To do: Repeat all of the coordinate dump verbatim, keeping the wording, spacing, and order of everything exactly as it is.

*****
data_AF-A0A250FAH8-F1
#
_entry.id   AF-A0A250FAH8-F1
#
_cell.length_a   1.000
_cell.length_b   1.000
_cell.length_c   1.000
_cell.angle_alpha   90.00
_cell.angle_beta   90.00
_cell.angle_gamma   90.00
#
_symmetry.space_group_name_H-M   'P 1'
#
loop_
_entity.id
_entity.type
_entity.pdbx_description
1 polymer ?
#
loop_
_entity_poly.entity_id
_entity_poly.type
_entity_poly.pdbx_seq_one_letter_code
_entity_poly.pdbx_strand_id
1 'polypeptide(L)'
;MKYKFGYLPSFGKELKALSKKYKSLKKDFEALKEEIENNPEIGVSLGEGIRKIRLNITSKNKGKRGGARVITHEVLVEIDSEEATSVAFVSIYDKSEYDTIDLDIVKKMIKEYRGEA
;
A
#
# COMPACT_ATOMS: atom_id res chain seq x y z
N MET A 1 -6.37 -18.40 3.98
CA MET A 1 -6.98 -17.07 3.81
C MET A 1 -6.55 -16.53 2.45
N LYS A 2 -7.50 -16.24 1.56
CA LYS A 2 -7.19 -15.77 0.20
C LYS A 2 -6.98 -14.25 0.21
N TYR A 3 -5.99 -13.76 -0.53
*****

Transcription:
data_AF-A0A250FAH8-F1
#
_entry.id   AF-A0A250FAH8-F1
#
_cell.length_a   1.000
_cell.length_b   1.000
_cell.length_c   1.000
_cell.angle_alpha   90.00
_cell.angle_beta   90.00
_cell.angle_gamma   90.00
#
_symmetry.space_group_name_H-M   'P 1'
#
loop_
_entity.id
_entity.type
_entity.pdbx_description
1 polymer ?
#
loop_
_entity_poly.entity_id
_entity_poly.type
_entity_poly.pdbx_seq_one_letter_code
_entity_poly.pdbx_strand_id
1 'polypeptide(L)'
;MKYKFGYLPSFGKELKALSKKYKSLKKDFEALKEEIENNPEIGVSLGEGIRKIRLNITSKNKGKRGGARVITHEVLVEIDSEEATSVAFVSIYDKSEYDTIDLDIVKKMIKEYRGEA
;
A
#
# COMPACT_ATOMS: atom_id res chain seq x y z
N MET A 1 -6.37 -18.40 3.98
CA MET A 1 -6.98 -17.07 3.81
C MET A 1 -6.55 -16.53 2.45
N LYS A 2 -7.50 -16.24 1.56
CA LYS A 2 -7.19 -15.77 0.20
C LYS A 2 -6.98 -14.25 0.21
N TYR A 3 -5.99 -13.76 -0.53